The chimney may appear to be a simple structure, but it is comprised of several components that are designed to work in unison. Together, these parts of the chimney contain the heat and vent the smoke and fumes while you sit back and enjoy the warmth of a wood-burning fireplace. We’ll help you to get better acquainted with your chimney by introducing you to eight chimney basics homeowners should know.
Whether you are a first-time homeowner experiencing a wood-burning fireplace for the first time, or an avid user, chimney inspections are a must. The examination will not only ensure your fireplace is safe for use; it will reveal any problems before they grow into more expensive repairs. The inspection will also show if there is excessive creosote or any flue obstructions. Both of which can increase the risk of fire and exposure to carbon monoxide. The Chimney Safety Institute of America (CSIA) recommends homeowners have annual chimney inspections.
Annual chimney cleaning is another necessity every homeowner should know. The gases created during combustion can be corrosive. It can accelerate the deterioration of internal components when the chimney is not adequately maintained. Creosote is another by-product of combustion that is highly flammable in excessive quantities. It is the primary cause of residential fires, according to the National Fire Protection Association (NFPA). While some homeowners opt to clean the chimney themselves, it is best to hire a Certified Chimney Sweep® that follows industry-standard NFPA guidelines to ensure the chimney is cleaned correctly.
The chimney crown tops the masonry structure. It is made of cement with a sloped design to help keep water out of the flue. When cracks develop on the surface, water can leak inside the chimney, where it can cause extensive damage to the masonry. The crown should be inspected at least once per year for cracks.
The chimney cap is a device that covers the flue opening to help keep moisture, debris, and small animals from entering the flue. Its position at the top of the chimney makes it susceptible to wind or storm damage. Homeowners should periodically check the cap and immediately replace it when broken or is blown off.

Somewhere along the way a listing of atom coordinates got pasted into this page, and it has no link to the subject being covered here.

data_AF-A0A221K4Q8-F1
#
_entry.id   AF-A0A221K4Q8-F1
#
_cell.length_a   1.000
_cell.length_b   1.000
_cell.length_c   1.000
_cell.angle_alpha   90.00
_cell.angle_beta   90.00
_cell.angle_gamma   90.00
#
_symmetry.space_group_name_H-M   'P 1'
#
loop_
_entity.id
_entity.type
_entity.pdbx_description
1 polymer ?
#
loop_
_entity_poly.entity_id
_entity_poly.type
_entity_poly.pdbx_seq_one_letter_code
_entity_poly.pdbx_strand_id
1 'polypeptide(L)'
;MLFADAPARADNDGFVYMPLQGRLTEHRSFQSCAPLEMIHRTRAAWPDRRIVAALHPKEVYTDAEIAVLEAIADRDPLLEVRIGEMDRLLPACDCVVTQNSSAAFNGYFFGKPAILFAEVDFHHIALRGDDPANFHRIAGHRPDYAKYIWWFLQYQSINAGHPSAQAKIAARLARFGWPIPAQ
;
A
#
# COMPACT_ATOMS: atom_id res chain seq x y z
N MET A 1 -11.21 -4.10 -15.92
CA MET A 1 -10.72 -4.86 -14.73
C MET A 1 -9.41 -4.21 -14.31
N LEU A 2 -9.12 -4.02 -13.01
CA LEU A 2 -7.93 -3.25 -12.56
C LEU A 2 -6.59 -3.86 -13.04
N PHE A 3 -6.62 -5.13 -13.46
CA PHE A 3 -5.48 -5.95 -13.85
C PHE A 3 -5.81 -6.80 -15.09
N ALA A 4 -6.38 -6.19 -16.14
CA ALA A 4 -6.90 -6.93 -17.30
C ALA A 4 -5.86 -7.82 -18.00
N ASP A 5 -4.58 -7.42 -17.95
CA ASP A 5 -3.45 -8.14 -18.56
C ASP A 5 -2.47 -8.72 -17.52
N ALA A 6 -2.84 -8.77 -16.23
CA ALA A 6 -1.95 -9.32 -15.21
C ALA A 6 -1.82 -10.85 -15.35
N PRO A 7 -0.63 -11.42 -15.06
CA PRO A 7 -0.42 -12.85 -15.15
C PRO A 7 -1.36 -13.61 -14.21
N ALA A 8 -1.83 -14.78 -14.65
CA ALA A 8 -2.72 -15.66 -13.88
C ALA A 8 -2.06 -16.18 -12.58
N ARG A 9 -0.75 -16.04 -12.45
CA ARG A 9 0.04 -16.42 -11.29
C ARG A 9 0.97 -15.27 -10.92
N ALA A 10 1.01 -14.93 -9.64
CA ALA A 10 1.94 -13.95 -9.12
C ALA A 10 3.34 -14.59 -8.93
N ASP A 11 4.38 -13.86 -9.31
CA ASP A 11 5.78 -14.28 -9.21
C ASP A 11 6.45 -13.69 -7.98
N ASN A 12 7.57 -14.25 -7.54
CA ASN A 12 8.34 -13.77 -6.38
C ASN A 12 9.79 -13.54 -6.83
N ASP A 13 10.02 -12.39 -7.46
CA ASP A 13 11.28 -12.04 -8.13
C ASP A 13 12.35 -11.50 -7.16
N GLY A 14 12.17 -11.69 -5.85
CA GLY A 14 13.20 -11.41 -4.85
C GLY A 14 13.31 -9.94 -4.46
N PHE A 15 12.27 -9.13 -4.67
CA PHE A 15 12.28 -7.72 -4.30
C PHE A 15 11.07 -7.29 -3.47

The flashing is a piece of sheet metal that covers the seams where the chimney meets the roofline. When the flashing material is rusting, warping, or is otherwise damaged, water can leak through the seam and into the chimney. Since water stains appear on the ceiling and walls near the fireplace, damaged flashing is often mistaken for a roof leak.
Most chimneys have a clay tile flue liner that protects the masonry walls from the high temperatures and corrosion of combustion. It also helps improve fireplace heating efficiency and the venting of smoke and fumes. The clay tiles are prone to cracking and should be checked at least once per year, preferably during a chimney inspection.
The damper is in the middle of the chimney in an area called the throat. It keeps moisture and debris out of the firebox when the fireplace is not in use. However, many homeowners are replacing the traditional throat damper with a top-sealing damper. It does a better job of keeping moisture out of the flue.
The firebox is the opening of the fireplace where you stack and burn the wood. The walls surrounding the firebox should be made of firebrick. Sometimes they are built using standard bricks like the rest of the chimney. Homeowners should check the bricks inside the firebox and have a trained chimney specialist repair them when they notice cracks or crumbling.
Complete Chimneys in Pasadena, MD, has certified, experienced chimney sweep technicians who perform professional chimney maintenance services. Chimney inspections, chimney cleaning, and preventative maintenance have been available since we were established in 1984. We also offer fireplace and stove sales and professional installation. Contact us today to discuss getting a fireplace added to one or more of the rooms in your home. Call (410) 544-7600 today.